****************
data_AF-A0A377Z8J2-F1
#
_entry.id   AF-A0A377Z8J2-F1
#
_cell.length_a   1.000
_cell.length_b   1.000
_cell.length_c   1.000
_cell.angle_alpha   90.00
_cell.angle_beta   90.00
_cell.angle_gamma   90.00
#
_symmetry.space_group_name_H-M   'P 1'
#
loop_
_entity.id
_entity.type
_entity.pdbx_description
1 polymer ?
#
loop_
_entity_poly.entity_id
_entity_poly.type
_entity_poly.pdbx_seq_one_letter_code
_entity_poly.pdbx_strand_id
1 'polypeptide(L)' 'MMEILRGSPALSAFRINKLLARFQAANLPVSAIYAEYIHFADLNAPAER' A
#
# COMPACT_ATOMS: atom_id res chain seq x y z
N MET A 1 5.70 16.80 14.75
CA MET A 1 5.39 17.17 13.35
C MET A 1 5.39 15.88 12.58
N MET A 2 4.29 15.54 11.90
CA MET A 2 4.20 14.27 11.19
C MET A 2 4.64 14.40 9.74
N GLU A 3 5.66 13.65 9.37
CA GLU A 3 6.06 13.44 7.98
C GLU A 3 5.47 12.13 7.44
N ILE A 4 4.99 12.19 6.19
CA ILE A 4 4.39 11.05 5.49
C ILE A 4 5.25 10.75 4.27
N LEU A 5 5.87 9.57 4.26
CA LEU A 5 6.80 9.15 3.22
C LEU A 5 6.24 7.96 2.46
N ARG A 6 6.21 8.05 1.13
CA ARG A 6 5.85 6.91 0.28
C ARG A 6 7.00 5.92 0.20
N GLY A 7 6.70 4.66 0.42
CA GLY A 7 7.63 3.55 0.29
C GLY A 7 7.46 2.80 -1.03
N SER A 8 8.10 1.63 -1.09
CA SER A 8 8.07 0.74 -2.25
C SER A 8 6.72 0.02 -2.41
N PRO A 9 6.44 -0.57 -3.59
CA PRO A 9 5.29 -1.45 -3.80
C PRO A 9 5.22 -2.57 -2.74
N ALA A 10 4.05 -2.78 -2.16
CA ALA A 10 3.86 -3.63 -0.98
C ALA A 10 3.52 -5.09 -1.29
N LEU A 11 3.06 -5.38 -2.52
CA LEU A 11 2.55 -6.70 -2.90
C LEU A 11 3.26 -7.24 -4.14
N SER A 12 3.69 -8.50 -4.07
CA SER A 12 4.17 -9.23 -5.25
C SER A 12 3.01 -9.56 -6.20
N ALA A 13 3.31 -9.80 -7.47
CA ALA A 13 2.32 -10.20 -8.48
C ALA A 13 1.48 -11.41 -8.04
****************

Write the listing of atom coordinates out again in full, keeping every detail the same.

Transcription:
data_AF-A0A377Z8J2-F1
#
_entry.id   AF-A0A377Z8J2-F1
#
_cell.length_a   1.000
_cell.length_b   1.000
_cell.length_c   1.000
_cell.angle_alpha   90.00
_cell.angle_beta   90.00
_cell.angle_gamma   90.00
#
_symmetry.space_group_name_H-M   'P 1'
#
loop_
_entity.id
_entity.type
_entity.pdbx_description
1 polymer ?
#
loop_
_entity_poly.entity_id
_entity_poly.type
_entity_poly.pdbx_seq_one_letter_code
_entity_poly.pdbx_strand_id
1 'polypeptide(L)' 'MMEILRGSPALSAFRINKLLARFQAANLPVSAIYAEYIHFADLNAPAER' A
#
# COMPACT_ATOMS: atom_id res chain seq x y z
N MET A 1 5.70 16.80 14.75
CA MET A 1 5.39 17.17 13.35
C MET A 1 5.39 15.88 12.58
N MET A 2 4.29 15.54 11.90
CA MET A 2 4.20 14.27 11.19
C MET A 2 4.64 14.40 9.74
N GLU A 3 5.66 13.65 9.37
CA GLU A 3 6.06 13.44 7.98
C GLU A 3 5.47 12.13 7.44
N ILE A 4 4.99 12.19 6.19
CA ILE A 4 4.39 11.05 5.49
C ILE A 4 5.25 10.75 4.27
N LEU A 5 5.87 9.57 4.26
CA LEU A 5 6.80 9.15 3.22
C LEU A 5 6.24 7.96 2.46
N ARG A 6 6.21 8.05 1.13
CA ARG A 6 5.85 6.91 0.28
C ARG A 6 7.00 5.92 0.20
N GLY A 7 6.70 4.66 0.42
CA GLY A 7 7.63 3.55 0.29
C GLY A 7 7.46 2.80 -1.03
N SER A 8 8.10 1.63 -1.09
CA SER A 8 8.07 0.74 -2.25
C SER A 8 6.72 0.02 -2.41
N PRO A 9 6.44 -0.57 -3.59
CA PRO A 9 5.29 -1.45 -3.80
C PRO A 9 5.22 -2.57 -2.74
N ALA A 10 4.05 -2.78 -2.16
CA ALA A 10 3.86 -3.63 -0.98
C ALA A 10 3.52 -5.09 -1.29
N LEU A 11 3.06 -5.38 -2.52
CA LEU A 11 2.55 -6.70 -2.90
C LEU A 11 3.26 -7.24 -4.14
N SER A 12 3.69 -8.50 -4.07
CA SER A 12 4.17 -9.23 -5.25
C SER A 12 3.01 -9.56 -6.20
N ALA A 13 3.31 -9.80 -7.47
CA ALA A 13 2.32 -10.20 -8.48
C ALA A 13 1.48 -11.41 -8.04